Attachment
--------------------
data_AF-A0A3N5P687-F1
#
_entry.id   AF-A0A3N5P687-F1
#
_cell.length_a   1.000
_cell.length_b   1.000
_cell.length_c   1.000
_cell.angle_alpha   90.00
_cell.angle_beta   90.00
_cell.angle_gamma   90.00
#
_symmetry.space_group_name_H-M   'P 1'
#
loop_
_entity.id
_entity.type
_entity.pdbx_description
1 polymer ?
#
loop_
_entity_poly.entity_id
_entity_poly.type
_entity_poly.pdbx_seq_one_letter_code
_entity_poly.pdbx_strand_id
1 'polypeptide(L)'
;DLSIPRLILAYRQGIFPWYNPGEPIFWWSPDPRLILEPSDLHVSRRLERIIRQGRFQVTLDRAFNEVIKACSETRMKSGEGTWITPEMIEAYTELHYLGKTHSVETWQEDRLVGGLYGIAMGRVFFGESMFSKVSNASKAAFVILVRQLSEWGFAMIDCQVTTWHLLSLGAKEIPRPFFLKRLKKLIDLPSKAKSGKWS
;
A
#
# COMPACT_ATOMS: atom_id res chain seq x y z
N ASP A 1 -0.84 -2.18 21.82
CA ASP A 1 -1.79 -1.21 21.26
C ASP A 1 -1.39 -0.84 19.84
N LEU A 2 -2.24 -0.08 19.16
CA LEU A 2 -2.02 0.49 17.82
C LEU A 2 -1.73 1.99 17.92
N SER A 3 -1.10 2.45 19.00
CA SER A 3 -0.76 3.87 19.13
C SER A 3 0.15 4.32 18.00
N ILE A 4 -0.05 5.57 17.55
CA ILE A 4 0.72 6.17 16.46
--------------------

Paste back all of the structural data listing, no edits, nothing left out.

data_AF-A0A3N5P687-F1
#
_entry.id   AF-A0A3N5P687-F1
#
_cell.length_a   1.000
_cell.length_b   1.000
_cell.length_c   1.000
_cell.angle_alpha   90.00
_cell.angle_beta   90.00
_cell.angle_gamma   90.00
#
_symmetry.space_group_name_H-M   'P 1'
#
loop_
_entity.id
_entity.type
_entity.pdbx_description
1 polymer ?
#
loop_
_entity_poly.entity_id
_entity_poly.type
_entity_poly.pdbx_seq_one_letter_code
_entity_poly.pdbx_strand_id
1 'polypeptide(L)'
;DLSIPRLILAYRQGIFPWYNPGEPIFWWSPDPRLILEPSDLHVSRRLERIIRQGRFQVTLDRAFNEVIKACSETRMKSGEGTWITPEMIEAYTELHYLGKTHSVETWQEDRLVGGLYGIAMGRVFFGESMFSKVSNASKAAFVILVRQLSEWGFAMIDCQVTTWHLLSLGAKEIPRPFFLKRLKKLIDLPSKAKSGKWS
;
A
#
# COMPACT_ATOMS: atom_id res chain seq x y z
N ASP A 1 -0.84 -2.18 21.82
CA ASP A 1 -1.79 -1.21 21.26
C ASP A 1 -1.39 -0.84 19.84
N LEU A 2 -2.24 -0.08 19.16
CA LEU A 2 -2.02 0.49 17.82
C LEU A 2 -1.73 1.99 17.92
N SER A 3 -1.10 2.45 19.00
CA SER A 3 -0.76 3.87 19.13
C SER A 3 0.15 4.32 18.00
N ILE A 4 -0.05 5.57 17.55
CA ILE A 4 0.72 6.17 16.46